Law Shield would like to inform our members about a federal appeals court decision in Ohio that may influence how open-carry rules are enforced in other states:
From page 7 of the Sixth Circuit Court of Appeals decision in Northrup v. Toledo Police Dept.:
“While open-carry laws may put police officers (and some motorcyclists) in awkward situations from time to time, the Ohio legislature has decided its citizens may be entrusted with firearms on public streets…The Toledo Police Department has no authority to disregard this decision—not to mention the protections of the Fourth Amendment—by detaining every “gunman” who lawfully possesses a firearm.”
Backstory from the decision:
“On a midsummer evening, Shawn and Denise Northrup went for a neighborhood walk with their daughter, grandson, and dog. Apparently in a happy-go-lucky mood, Shawn wore a t-shirt reading, “This Is The Shirt I Wear When I Don’t Care.” Shawn carried a cell phone, which he holstered on his hip — next to a black semiautomatic handgun.
A passing motorcyclist stopped to complain about Shawn’s visible firearm. The stranger, Alan Rose, yelled, “[Y]ou can’t walk around with a gun like that!” But “[O]pen carry is legal in Ohio!” Denise responded. As the Northrups walked away, Denise and Rose exchanged increasingly unprintable words until he was out of view (and earshot).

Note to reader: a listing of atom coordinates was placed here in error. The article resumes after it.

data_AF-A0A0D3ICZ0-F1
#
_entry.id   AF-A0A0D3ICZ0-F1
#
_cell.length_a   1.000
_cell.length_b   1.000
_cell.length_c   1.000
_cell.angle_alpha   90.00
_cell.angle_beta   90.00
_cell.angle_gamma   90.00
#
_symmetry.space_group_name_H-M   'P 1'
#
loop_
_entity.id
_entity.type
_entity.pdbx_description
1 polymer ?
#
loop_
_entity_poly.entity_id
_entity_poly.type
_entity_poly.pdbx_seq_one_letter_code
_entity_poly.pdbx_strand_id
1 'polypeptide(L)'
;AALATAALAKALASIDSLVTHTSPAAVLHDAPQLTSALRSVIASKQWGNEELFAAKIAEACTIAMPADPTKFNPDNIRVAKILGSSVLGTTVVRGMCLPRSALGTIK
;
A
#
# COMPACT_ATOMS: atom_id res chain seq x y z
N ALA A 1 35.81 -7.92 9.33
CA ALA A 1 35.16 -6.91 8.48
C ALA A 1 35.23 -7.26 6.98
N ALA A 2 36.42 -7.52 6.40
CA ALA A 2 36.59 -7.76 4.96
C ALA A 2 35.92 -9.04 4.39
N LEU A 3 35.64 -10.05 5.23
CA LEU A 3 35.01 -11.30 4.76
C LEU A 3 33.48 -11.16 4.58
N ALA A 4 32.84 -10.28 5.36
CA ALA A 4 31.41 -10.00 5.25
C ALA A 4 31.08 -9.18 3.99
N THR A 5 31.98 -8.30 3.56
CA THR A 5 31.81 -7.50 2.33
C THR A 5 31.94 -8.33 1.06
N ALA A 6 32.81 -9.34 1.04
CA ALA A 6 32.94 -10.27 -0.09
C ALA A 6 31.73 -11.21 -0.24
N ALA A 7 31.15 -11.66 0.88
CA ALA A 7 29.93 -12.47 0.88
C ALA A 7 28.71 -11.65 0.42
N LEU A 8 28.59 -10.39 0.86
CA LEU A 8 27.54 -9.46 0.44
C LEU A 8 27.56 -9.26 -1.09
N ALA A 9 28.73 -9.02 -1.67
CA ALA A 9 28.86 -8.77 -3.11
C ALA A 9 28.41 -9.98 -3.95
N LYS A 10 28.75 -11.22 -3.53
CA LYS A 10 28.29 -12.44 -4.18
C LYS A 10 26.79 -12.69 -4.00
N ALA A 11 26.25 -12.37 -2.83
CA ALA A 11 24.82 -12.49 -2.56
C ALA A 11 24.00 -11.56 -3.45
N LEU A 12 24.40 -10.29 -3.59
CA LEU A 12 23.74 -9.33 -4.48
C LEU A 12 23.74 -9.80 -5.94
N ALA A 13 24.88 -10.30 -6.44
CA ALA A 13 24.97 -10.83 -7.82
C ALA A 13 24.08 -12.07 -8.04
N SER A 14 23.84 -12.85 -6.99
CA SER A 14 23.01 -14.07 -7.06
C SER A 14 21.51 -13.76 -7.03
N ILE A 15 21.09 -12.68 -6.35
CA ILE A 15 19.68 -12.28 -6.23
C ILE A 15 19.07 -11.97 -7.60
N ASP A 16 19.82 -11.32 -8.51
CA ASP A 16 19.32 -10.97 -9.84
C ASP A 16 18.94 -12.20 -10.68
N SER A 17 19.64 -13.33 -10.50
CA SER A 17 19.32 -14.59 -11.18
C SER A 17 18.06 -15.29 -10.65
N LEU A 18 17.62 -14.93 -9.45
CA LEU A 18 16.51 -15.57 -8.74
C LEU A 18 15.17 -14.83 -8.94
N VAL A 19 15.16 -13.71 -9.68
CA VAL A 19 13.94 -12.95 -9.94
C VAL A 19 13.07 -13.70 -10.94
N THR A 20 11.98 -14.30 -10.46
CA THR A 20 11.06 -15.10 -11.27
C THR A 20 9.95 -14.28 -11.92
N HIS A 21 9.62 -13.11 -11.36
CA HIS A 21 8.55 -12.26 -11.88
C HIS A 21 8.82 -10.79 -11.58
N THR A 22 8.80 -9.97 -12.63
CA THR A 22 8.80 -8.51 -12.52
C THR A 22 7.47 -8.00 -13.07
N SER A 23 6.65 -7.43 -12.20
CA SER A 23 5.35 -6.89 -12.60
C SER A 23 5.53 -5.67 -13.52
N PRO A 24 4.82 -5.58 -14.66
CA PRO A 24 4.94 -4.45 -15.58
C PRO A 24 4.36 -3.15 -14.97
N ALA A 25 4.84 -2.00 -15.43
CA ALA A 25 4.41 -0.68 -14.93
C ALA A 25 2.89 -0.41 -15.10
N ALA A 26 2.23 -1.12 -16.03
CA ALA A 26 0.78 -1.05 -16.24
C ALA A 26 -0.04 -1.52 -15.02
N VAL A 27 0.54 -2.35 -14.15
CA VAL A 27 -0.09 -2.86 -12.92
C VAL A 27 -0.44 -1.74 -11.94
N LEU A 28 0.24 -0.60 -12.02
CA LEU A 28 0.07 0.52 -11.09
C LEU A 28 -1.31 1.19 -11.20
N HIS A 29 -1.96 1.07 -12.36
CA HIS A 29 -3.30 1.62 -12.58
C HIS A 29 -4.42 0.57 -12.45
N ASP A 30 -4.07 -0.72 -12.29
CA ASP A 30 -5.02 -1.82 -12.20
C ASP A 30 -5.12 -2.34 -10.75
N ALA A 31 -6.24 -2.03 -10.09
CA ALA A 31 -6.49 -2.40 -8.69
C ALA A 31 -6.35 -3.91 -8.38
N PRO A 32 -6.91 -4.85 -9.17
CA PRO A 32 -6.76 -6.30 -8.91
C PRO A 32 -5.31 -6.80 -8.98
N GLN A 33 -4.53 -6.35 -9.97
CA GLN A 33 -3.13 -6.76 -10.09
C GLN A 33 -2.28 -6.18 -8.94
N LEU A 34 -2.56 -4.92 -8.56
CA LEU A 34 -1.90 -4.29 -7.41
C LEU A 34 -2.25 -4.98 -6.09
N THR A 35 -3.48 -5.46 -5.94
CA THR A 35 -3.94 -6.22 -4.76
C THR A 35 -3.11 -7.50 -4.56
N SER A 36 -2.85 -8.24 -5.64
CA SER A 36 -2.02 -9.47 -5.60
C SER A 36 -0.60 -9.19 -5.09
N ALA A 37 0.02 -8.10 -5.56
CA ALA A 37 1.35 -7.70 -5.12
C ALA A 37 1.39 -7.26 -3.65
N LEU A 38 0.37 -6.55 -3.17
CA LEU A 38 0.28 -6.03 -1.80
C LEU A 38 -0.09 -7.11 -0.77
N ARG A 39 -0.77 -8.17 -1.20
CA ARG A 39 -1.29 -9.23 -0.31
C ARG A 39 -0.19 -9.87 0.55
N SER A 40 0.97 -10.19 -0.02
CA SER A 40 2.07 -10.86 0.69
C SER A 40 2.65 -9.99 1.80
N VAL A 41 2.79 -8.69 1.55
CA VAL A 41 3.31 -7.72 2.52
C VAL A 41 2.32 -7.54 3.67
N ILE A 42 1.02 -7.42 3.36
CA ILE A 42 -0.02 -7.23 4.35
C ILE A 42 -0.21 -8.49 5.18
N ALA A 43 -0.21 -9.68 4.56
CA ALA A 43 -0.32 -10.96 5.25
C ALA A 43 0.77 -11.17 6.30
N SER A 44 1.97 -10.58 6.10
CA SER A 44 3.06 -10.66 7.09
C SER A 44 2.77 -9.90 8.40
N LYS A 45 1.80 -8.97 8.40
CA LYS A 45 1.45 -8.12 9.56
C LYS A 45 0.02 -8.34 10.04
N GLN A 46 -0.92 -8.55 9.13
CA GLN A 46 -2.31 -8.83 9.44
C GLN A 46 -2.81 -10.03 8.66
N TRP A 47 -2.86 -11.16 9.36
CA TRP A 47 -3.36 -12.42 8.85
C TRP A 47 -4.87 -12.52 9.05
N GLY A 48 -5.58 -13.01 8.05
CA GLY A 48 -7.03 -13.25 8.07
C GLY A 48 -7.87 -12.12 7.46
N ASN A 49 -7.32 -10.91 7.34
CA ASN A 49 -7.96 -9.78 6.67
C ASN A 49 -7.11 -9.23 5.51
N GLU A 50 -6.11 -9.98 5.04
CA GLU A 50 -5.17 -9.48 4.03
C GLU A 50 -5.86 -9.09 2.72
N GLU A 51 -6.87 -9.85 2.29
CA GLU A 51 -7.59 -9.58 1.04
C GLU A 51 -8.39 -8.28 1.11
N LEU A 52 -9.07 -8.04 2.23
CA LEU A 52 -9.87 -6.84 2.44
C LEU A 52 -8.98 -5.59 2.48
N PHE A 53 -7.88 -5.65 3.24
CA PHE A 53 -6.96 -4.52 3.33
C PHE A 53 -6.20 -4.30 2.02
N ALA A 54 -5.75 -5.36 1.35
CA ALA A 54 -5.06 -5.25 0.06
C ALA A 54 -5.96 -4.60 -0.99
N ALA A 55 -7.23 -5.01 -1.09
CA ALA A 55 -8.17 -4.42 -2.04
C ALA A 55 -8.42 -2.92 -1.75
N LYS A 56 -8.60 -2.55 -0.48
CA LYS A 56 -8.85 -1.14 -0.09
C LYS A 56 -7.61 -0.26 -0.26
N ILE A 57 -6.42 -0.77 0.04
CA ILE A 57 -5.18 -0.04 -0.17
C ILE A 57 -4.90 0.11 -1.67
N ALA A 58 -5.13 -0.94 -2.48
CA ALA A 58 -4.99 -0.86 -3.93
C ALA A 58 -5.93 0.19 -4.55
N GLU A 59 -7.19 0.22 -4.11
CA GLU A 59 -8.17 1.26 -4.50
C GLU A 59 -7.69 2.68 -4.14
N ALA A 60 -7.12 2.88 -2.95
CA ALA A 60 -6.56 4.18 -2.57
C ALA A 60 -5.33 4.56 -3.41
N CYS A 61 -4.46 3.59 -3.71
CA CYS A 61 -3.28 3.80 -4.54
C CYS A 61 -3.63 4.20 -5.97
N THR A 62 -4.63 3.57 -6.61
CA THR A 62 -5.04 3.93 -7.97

Rose called 911, reporting that “a guy walking down the street” with his dog was “carrying a gun out in the open.”
The police eventually arrived, ordered Northrup to stop, demanded that he turn over the gun, handcuffed him, and kept him handcuffed in a police car for 30 minutes. Eventually, they let him go, and all charges were dropped. Northrup sued, and the Sixth Circuit allowed the case to go forward:
“…. [A]nd it has long been clearly established that an officer needs evidence of criminality or dangerousness before he may detain and disarm a law-abiding citizen. We thus affirm the district court’s conclusion that, after reading the factual inferences in the record in Northrup’s favor, Officer Bright could not reasonably suspect that Northrup needed to be disarmed.”
As we’ve noted in our Law Shield seminars, the police can approach anyone and ask them questions, even without reasonable suspicion. They can also order someone to stop if they have reasonable suspicion that the person is committing a crime or is about to commit a crime.
What they can’t do legally, as this decision notes, is coercively stop and detain a person without reasonable suspicion that a crime is/may be happening. Open-carry is not a crime in the State of Ohio.
But in the real world — as Mr. Northrup’s experience shows — not all police officers are conversant with state open-carry laws and/or the Fourth Amendment. And those encounters can turn into an event in which you’re detained, disarmed, arrested, cited for some variation of refusal to cooperate, and you wind up going to court and face criminal and/or charges.
When we look at the facts in the decision, it’s hard to criticize Mr. Northrup’s actions. He was calm, he complied with an arriving officer’s commands, he asserted his rights and knowledge of the law. He also attempted to record the event, which, in the real world, can provoke an officer into taking a more aggressive stance in retaliation. It shouldn’t, but it does.
Members, if you get involved in an event like this, call us IMMEDIATELY—even during the stop—if you or a companion are able to.